Since you have a minus in the exponent, wouldn't this result in a horizontal line? I would think that the sign should be positive to get a vertical line?
  11. Jan 30, 2010 #10
    Oh right.
    clockwise direction means negative so anticlockwise is positive...right?

    so would the final transformaiton be w=ze^(i*pi/4) + 3

  12. Jan 30, 2010 #11
    Yes that is probably right. Allthough you should test your result by applying it to those two points, and see if the x-value of both results is equal to 2.

  13. Jan 30, 2010 #12
    from the point (0,i)

    w = i(e^(i*pi/4))+3 = sqrt(2)/2 i + (3-sqrt(2)/2)


    so that means
    w=ze^(i*pi/4) + 3
    is wrong
  14. Jan 30, 2010 #13
    I think your +3 is incorrect. After having rotated the line to become vertical, it no longer intersects the x-axis at (-1,0). It will intersect at some other point. Therefore you need to find this point first, and after than you will know which you should use instead of +3.

  15. Jan 30, 2010 #14
    i can imagine it...the point will be closer to the origin.

    but how can i find this point?
  16. Jan 30, 2010 #15
    I can give you a hint for a simpler solution: First, translate so that your 45 degree line goes through the origin. Then rotate 45 degees. Then translate one more time to the right.

  17. Jan 30, 2010 #16
    to translate it to go through the origin, do i do: w=z+1 ? because this also wouldnt work
  18. Jan 30, 2010 #17
    I would say that the result should be

    Translate to intersect with the origin: z -> z+1
    Rotate 45 degrees: z -> z*e^(i*pi/4)
    Translate it to x=2: z -> z+2

    I think the composite transformation therefore is
    z -> (z+1)*e^(i*pi/4) + 2

    But I may be wrong of course, so you should check it using both of the points (-1,0) and (0,i). If it is wrong, then you could check each individual step of the transformation. E.g. check that you have a vertical line through the origin after step 2, and so on.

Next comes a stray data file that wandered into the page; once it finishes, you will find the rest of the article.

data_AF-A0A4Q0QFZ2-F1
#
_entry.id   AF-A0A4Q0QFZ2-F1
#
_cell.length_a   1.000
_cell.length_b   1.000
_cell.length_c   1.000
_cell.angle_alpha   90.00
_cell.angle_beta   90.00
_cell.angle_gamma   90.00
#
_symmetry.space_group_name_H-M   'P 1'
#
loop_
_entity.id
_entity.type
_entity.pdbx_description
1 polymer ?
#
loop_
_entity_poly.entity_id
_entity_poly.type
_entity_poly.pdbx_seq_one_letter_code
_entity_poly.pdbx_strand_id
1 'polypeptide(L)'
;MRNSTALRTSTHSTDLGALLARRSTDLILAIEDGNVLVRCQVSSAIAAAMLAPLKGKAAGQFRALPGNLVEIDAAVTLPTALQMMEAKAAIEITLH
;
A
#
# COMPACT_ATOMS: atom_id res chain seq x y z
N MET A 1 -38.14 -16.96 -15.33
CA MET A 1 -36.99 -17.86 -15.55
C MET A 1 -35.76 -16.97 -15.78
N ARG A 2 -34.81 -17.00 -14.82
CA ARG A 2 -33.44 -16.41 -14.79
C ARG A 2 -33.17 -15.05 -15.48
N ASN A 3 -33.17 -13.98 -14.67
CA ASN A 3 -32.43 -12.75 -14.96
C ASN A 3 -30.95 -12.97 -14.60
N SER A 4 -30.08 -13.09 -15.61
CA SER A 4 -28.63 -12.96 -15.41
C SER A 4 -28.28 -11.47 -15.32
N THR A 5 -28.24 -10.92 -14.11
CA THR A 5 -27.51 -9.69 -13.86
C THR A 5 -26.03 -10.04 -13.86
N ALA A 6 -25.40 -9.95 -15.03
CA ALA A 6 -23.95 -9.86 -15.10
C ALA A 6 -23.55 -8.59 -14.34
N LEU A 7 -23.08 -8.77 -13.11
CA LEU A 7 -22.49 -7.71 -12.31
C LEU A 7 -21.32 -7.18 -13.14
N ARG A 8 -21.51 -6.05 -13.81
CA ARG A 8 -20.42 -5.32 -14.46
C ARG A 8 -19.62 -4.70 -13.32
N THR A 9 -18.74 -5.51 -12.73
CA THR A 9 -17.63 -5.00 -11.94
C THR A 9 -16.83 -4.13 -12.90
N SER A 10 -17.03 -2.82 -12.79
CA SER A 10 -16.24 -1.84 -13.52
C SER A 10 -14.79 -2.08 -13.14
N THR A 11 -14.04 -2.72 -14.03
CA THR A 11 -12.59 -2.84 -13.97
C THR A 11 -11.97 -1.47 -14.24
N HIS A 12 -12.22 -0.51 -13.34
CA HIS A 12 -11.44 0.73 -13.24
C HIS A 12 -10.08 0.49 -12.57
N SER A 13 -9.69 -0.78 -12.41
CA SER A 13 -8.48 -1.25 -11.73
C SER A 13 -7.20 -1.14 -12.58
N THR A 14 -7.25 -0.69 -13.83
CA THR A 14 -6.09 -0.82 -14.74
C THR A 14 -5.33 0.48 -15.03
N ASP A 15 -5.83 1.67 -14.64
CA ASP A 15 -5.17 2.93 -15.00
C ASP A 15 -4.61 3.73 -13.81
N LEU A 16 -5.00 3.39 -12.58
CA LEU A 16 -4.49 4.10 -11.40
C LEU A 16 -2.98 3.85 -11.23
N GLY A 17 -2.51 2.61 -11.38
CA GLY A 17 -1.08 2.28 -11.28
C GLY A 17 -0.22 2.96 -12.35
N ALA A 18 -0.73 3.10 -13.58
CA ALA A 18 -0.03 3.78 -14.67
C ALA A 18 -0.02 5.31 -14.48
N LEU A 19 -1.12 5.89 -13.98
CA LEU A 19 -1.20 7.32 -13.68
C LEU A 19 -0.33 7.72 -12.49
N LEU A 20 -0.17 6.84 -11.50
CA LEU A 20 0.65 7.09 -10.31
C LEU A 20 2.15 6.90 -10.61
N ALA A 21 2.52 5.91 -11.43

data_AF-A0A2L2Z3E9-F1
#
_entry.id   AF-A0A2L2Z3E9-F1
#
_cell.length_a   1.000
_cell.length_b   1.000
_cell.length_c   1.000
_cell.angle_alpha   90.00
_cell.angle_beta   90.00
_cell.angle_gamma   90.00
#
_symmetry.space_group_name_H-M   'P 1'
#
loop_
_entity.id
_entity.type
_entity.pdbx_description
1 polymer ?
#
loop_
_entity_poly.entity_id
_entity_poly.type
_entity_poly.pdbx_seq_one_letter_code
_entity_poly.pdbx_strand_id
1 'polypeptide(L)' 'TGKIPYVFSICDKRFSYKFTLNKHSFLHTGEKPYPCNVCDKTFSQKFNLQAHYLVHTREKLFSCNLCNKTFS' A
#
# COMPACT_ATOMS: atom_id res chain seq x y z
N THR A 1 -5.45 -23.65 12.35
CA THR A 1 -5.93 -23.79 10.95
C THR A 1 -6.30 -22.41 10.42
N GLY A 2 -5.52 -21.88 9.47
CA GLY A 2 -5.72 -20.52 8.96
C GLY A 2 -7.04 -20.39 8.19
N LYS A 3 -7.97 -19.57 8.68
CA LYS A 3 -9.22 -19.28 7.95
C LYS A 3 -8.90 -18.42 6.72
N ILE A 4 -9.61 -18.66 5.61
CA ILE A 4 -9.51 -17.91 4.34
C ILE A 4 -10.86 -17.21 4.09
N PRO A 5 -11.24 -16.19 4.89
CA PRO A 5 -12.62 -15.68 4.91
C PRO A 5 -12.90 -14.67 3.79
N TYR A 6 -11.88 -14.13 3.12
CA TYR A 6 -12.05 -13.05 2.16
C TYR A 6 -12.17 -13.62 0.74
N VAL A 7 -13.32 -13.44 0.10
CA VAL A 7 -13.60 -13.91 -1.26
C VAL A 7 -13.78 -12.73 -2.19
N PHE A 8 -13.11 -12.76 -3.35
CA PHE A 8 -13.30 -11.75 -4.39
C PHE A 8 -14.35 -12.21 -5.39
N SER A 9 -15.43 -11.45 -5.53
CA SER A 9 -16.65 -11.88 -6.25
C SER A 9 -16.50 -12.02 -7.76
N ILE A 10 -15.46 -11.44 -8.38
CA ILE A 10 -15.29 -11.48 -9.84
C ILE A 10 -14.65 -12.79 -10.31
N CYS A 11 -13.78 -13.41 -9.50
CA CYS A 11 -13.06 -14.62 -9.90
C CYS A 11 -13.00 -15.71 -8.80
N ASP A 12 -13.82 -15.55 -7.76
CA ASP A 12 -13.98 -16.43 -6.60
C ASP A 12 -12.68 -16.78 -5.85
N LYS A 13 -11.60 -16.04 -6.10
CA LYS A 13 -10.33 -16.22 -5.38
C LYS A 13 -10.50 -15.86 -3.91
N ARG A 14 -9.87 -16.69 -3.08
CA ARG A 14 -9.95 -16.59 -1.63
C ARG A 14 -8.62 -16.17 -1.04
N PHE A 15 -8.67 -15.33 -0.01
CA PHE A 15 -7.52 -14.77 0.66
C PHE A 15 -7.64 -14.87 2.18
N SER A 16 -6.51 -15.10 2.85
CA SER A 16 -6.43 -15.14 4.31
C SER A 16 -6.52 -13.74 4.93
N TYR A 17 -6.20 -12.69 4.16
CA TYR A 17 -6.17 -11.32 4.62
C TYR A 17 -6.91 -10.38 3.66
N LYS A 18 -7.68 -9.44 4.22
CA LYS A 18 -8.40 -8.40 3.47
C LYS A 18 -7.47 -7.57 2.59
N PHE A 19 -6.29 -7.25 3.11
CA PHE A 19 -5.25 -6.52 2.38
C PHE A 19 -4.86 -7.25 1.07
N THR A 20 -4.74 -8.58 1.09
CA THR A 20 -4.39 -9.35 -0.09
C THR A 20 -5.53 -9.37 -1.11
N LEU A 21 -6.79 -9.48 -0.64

19. Jan 30, 2010 #18
    yes, this works.
    sorry, i forgot to change the +3 to +2.

    you said that f(z) is not unique, how can i verify this?
  20. Jan 30, 2010 #19
    You can see this because you could have just as well rotated 180+45 degrees. Also it doesn't matter if you add any translation along the line in the beginning, or along the vertical line in the end. So e.g. it doesn't matter if you add anything proportional to i in the end result.

    Also, you could have also used any conformal scale transformation when your line was intersecting the origin. That would not have changed anything either, because a straight line through the origin is invariant under a scaling about the origin.

    EDIT: So from these examples, you see that the two original points that defined the original 45 degree line can end up anywhere in the line x=2. The scaling I mentioned would change the distance between them, a translation along the line will move them anywhere, and a 180 degree rotation will be able to change their order.